WHO OWES WHAT TO WHOM
As this is playing out in real time, there’s an interesting existential debate going on, regarding how much the fans are “owed” by the writers, particularly GRRM. On one hand, this is a universe HE created, HE worked on, and HE took chances with. The reason we all flocked to Game of Thrones in the first place is because of HIS genius. So does he “owe” us anything now?
Getting back to the example of Poochie and the Simpsons, that episode came out at a time when the Simpsons had been on TV for a while, and some fans were grumbling that it had lost its edge. (Oh, if only they knew!) Word was spreading to the writers via message boards that there was some grumbling going on. Having the public react en masse like that was a fairly new phenomenon, as the internet had only been mainstream at that point for a few years. (Again, if only they knew.) Comic Book Guy, representing disgruntled fans, told Bart that he believed Itchy and Scratchy “owed” him. Bart, representing the writers, complained to Comic Book Guy that cartoons provided entertainment for free, and if anything, Comic Book Guy owed THEM. The response was the now famous, and very applicable to GOT’s series finale…
THIS TIME IT’S DIFFERENT
Bart had a point about the entitled fans, but it’s not entirely applicable to Game of Thrones- and not just because HBO isn’t free. Just like with The Big Bang Theory, the Simpsons is a standalone show, where viewers tune in to be entertained for a short period of time. Any continuity is icing on the cake- not many care a whole lot about the consistency of the storylines, as they’re mainly just designed to keep the jokes going. There have been controversies here and there, such as when Principal Skinner was discovered to be an impostor, but it didn’t take away from the series as a whole, and CERTAINLY didn’t negate all the greatness that preceded it. With Game of Thrones, the main “unwritten rules” are the same ones we apply to series like Harry Potter and The Lord of the Rings- from Day One, we’re going on a journey that will lead somewhere. And when we get there, wherever “there” is, we are promised it will all make sense- and in GOT’s case, “it” was a lot!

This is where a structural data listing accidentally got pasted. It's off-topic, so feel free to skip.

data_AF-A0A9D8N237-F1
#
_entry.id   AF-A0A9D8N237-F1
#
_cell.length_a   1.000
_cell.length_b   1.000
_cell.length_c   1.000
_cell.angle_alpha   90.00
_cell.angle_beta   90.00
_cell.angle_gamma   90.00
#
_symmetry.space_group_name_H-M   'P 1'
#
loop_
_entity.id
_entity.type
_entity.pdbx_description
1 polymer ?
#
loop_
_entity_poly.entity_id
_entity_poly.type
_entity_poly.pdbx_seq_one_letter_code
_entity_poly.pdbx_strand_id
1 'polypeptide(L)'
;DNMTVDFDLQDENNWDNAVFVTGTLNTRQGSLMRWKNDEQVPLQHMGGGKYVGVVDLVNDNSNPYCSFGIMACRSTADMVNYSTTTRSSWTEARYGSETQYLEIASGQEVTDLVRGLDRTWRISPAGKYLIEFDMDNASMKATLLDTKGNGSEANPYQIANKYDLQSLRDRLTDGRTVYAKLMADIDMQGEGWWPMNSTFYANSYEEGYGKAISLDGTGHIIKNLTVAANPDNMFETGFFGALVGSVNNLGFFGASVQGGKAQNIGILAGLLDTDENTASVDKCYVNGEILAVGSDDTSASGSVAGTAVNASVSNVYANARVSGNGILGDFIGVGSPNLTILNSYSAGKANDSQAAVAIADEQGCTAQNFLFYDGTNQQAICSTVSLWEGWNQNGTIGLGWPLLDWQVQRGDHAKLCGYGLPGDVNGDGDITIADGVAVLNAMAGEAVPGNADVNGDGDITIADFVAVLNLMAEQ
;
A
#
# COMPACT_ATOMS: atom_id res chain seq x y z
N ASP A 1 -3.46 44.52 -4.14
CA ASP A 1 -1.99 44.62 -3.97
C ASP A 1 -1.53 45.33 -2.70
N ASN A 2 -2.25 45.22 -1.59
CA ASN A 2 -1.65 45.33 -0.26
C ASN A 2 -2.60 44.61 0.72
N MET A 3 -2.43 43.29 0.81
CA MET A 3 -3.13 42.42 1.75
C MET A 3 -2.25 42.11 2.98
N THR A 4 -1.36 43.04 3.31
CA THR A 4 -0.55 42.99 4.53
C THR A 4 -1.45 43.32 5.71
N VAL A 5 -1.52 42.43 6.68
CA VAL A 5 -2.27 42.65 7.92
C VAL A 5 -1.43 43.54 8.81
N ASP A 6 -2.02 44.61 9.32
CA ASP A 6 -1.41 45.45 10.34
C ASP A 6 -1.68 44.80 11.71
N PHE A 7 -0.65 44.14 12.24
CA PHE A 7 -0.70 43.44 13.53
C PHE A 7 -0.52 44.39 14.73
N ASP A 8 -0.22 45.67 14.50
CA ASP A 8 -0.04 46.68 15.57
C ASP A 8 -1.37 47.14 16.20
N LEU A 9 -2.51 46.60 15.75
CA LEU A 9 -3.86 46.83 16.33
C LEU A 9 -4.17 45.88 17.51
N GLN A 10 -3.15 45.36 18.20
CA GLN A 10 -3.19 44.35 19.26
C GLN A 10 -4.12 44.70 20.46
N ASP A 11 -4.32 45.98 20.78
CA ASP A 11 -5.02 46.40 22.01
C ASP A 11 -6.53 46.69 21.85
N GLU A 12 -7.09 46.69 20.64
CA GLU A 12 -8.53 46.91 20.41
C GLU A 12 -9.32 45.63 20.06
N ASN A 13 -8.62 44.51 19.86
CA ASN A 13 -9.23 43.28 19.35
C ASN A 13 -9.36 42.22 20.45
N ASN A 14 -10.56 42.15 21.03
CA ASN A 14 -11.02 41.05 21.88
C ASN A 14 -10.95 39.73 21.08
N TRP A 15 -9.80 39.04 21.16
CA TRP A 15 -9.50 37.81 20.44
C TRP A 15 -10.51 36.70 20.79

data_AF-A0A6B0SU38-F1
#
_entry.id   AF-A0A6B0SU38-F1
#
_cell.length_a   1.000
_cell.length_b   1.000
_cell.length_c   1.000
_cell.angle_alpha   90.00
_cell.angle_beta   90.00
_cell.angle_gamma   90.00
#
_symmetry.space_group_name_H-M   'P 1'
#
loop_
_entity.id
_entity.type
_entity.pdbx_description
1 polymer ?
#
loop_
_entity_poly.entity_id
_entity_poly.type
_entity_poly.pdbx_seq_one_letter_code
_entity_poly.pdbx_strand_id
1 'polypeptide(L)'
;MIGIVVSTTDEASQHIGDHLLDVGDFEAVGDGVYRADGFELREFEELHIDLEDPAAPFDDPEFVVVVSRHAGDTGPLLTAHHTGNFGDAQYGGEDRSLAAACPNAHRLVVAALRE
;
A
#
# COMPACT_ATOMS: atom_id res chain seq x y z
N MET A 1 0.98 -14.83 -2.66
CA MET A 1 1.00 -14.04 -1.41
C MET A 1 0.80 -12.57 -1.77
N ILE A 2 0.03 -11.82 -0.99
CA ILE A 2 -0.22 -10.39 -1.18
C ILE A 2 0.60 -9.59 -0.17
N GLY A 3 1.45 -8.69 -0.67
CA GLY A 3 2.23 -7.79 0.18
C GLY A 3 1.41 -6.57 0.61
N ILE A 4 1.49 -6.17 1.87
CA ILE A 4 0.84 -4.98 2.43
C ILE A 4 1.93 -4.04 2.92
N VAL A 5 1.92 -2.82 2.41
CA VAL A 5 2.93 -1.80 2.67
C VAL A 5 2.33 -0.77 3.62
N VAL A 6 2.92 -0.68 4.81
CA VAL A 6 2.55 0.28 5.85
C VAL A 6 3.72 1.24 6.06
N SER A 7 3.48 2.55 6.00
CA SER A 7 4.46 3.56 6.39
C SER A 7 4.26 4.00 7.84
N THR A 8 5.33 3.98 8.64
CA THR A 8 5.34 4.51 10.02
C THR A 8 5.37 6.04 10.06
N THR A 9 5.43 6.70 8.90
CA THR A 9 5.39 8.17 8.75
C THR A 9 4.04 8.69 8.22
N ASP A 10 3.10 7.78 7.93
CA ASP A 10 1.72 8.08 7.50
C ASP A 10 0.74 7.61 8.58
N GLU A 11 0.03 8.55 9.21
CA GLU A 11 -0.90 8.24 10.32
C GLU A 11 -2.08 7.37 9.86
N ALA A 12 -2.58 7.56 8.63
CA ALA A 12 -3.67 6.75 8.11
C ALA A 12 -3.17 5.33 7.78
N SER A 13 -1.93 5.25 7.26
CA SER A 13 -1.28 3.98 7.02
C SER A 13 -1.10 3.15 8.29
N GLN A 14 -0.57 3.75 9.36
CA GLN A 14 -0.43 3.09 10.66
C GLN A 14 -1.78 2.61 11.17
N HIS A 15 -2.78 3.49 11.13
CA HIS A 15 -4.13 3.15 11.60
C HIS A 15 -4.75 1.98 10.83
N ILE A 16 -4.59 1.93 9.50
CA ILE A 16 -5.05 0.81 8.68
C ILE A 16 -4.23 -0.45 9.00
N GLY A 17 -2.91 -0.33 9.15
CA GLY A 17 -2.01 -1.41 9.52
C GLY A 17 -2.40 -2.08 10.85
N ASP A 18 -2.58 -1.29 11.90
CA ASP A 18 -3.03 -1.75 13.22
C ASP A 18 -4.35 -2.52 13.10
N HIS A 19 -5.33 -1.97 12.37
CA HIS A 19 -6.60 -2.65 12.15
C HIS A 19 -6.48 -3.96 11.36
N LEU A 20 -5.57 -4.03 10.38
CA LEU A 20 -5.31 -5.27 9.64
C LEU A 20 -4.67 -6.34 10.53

So, we absorbed all the storylines and characters, along with a lot of emotional wreckage along the way. Each episode was judged on its merit, but it was always understood that it was just a small point on an arc. I’m trying to find the words, but I just can’t, and since a picture is worth a thousand of them, here’s something that’s been going around-